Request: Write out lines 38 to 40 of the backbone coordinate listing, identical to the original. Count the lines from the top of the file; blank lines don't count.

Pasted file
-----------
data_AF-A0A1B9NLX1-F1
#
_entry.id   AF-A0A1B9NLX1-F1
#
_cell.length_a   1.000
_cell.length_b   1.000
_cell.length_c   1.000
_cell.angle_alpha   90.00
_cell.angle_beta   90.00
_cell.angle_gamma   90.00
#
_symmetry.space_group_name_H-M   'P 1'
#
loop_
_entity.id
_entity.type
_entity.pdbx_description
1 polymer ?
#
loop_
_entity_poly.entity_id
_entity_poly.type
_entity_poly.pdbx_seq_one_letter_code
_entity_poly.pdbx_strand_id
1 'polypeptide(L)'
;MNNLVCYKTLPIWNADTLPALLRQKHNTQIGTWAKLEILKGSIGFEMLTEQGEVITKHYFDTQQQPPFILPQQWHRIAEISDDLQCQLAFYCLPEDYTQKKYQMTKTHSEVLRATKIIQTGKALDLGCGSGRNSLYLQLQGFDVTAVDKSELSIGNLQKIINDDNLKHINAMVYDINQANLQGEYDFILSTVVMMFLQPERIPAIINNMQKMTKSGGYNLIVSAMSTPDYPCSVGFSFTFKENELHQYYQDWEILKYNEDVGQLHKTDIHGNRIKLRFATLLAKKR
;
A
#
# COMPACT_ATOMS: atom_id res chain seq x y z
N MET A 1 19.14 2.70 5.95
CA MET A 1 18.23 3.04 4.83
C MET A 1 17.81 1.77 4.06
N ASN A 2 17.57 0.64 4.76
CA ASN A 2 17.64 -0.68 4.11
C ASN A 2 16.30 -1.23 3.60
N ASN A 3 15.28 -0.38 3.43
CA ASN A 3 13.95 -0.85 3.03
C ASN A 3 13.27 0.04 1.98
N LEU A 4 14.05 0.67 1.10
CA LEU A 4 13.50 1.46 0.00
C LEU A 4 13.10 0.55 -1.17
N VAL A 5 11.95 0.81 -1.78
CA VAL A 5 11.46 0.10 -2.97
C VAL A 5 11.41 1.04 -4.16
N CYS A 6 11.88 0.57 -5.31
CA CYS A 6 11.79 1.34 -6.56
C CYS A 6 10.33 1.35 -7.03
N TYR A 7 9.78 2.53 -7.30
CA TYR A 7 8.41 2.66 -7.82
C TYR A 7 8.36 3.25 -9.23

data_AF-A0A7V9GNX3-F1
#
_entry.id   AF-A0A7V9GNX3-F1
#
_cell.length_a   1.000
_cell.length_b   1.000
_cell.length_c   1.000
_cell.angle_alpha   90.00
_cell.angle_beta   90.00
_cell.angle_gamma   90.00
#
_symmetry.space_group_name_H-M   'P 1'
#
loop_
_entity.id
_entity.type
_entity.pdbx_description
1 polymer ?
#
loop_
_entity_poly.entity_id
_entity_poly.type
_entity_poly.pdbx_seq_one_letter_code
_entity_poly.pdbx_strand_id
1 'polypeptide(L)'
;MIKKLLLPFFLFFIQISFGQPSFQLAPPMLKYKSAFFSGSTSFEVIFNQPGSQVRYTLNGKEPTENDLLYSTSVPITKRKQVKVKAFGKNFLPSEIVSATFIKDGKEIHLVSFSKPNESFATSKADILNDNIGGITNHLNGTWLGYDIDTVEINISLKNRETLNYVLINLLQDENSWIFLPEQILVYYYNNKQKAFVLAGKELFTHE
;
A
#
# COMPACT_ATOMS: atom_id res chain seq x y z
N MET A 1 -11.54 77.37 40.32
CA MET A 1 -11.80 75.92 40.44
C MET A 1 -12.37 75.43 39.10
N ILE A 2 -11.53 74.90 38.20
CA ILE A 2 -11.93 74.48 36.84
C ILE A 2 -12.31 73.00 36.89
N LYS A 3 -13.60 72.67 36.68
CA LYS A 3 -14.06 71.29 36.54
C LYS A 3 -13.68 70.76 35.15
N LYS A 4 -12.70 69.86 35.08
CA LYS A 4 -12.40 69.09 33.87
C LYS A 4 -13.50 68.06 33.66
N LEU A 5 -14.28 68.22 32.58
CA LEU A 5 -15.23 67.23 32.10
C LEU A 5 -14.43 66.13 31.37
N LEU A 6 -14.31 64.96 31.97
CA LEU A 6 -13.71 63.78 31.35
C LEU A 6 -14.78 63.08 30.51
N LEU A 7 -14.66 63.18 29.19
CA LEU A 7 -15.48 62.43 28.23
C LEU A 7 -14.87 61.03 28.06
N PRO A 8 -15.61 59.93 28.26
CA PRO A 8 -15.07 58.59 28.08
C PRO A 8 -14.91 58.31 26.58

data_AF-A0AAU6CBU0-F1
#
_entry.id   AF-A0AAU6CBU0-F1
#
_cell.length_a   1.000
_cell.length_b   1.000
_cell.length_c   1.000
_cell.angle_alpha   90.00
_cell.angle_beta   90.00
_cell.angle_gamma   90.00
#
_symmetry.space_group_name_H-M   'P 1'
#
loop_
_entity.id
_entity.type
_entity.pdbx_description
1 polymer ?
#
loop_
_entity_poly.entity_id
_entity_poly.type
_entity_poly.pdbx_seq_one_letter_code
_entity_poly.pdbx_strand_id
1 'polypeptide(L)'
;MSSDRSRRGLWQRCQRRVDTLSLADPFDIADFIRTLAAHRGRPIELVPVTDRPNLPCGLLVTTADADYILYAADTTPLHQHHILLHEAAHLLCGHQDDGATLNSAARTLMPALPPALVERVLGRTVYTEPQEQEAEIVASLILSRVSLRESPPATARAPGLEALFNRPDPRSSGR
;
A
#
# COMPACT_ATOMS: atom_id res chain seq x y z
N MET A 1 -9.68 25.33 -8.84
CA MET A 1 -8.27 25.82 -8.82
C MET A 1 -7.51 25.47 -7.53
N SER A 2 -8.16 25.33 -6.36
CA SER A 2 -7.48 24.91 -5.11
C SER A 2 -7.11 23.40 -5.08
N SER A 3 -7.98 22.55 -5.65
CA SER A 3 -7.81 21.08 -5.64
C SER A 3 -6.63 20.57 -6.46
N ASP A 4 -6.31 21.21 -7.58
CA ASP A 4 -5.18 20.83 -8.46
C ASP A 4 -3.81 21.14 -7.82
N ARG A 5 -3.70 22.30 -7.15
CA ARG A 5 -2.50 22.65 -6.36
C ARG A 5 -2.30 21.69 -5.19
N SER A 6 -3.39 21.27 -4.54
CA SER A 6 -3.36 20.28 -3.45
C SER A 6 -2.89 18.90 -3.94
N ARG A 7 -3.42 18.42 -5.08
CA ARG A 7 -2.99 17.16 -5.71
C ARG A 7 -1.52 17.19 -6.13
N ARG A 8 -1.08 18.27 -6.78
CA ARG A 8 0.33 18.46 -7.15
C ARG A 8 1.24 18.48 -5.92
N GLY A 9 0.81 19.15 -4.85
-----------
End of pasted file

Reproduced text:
CA ASN A 3 13.95 -0.85 3.03
C ASN A 3 13.27 0.04 1.98
N LEU A 4 14.05 0.67 1.10